Throwing away the paper can mean significant savings.
With fuel and maintenance costs top of mind for most fleet managers, it’s important to keep drivers on the road and running as efficiently as possible—and that means careful route planning. As every fleet manager knows, that can be much more complicated than it seems on the surface.
James Wee, VP of Sales for Descartes Systems Group, points to the rapidly escalating complexity of routing multiple drivers on diverse routes, citing the “Travelling Salesman Problem” as an example. One driver who needs to make seven stops is simple enough, although it does add up to over 300 different paths.
“When you get into a situation where you have 14 stops, you now have more than three million options. At 21 stops, there are more than a quintillion permutations,” he says (a quintillion, it bears noting, is a 1 followed by 18 zeroes.) “And that’s just putting together a route on which all stops are equal. In reality, certain customers need certain time windows, or certain deliveries require a certain truck that may need special equipment. It goes on and on.” Now imagine you’re managing 500 drivers in as many vehicles.
Ditch the log books
Gone are the days of log books and frantic phone calls when things go off-track. Optimized route planning is now a job best left to technology, with myriad software solutions and telematics programs available. “Route optimization software is used to compute the most efficient routes, but at the same time customer parameters or attributes are also considered,” Wee says.
A good route optimization package addresses not only the planning stage but execution as well. “After you create an efficient plan, you have to make sure your drivers are accountable to it,” he says. A good package will have a comprehensive “plan versus actual” capability that measures how far off drivers are from meeting the plan.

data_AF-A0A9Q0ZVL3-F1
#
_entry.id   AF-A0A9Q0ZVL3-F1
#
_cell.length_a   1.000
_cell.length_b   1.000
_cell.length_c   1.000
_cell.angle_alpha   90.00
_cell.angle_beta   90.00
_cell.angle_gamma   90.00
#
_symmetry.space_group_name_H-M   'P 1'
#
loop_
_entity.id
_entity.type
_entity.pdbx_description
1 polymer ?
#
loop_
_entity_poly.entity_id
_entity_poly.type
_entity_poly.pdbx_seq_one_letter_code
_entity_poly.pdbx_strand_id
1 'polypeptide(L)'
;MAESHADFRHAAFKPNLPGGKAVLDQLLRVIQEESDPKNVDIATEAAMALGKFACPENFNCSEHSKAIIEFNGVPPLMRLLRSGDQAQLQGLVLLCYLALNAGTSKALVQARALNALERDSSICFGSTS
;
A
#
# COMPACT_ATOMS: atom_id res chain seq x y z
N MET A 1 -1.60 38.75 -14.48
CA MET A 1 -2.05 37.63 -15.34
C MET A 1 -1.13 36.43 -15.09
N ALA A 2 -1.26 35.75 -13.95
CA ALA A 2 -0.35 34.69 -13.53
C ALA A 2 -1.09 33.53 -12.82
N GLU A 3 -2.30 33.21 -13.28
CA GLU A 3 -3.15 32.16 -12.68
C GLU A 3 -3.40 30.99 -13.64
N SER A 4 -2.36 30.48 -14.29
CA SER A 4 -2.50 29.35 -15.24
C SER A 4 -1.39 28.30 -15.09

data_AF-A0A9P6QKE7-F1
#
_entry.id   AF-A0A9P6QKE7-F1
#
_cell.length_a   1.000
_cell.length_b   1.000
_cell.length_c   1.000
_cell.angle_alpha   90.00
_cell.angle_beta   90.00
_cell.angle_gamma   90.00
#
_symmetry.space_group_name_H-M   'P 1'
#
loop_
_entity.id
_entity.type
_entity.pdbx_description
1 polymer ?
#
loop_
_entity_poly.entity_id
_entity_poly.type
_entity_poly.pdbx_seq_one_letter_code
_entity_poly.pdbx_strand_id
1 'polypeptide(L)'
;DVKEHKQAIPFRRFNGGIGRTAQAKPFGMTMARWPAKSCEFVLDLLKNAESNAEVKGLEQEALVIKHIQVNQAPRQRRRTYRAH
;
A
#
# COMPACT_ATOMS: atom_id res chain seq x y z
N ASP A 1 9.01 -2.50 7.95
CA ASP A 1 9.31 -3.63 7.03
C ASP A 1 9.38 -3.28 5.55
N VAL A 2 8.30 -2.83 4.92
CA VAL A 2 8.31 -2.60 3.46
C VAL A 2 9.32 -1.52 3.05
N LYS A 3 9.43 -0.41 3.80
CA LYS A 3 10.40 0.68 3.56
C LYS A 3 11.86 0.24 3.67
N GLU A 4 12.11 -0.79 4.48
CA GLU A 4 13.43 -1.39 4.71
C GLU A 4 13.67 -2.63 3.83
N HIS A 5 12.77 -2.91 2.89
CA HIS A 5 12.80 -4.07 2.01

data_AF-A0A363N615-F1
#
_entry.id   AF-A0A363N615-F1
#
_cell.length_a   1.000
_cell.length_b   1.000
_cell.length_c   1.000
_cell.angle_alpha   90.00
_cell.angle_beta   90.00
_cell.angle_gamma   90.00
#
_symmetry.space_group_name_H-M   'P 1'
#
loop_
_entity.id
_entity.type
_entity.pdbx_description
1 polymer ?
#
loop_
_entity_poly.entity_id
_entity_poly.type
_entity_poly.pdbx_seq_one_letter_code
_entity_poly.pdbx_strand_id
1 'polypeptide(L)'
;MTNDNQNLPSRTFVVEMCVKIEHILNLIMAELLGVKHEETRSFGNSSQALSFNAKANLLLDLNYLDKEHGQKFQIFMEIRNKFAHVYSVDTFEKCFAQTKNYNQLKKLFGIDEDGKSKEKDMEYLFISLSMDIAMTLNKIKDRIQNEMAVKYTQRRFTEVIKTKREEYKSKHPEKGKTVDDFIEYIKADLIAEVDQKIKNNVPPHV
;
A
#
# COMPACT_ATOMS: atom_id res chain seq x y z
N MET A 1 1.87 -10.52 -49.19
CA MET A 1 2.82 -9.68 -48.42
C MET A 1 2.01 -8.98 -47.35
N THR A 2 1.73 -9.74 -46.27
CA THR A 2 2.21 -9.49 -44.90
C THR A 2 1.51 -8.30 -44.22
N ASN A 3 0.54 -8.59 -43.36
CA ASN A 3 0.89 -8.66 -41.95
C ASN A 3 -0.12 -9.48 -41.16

For drivers, the good news is that such solutions don’t necessarily come with a huge learning curve. “Instead of going to the break room for a stack of delivery tickets, they go to their mobile, use a password, and the same information is downloaded electronically onto their device,” Wee says. “At each stop, the information they’re collecting is similar to what they were collecting before. There is a change but, overall, the process is fairly similar to what they’re used to.”
Back at the office, Wee says use of the software is quick to pick up because they are just automating an existing process to make the creation of efficient routes “a lot faster with a lot less errors. It’s like solving a math problem manually versus having a sophisticated calculator that will help you get answers fast.”
Substantial fuel savings
Wee says his clients see from eight percent up to 35 percent reductions in mileage over the course of a year as they transition from Excel or simple map planning, which translates into enormous fuel savings.
While a comprehensive software suite may be the best way to offset potentially crippling fuel costs for medium and large-size fleets, there are always some low-tech solutions small-fleet managers can embrace. Maintaining optimal tire pressure is one of the simplest, along with staying up to date on required engine maintenance throughout your fleet.
The UPS delivery service actually has a “no left-turn” policy in its route planning because idling while waiting to turn wastes fuel. But with increasingly scalable solutions available, it may be time to think about putting away the paper and embracing the future of route optimization.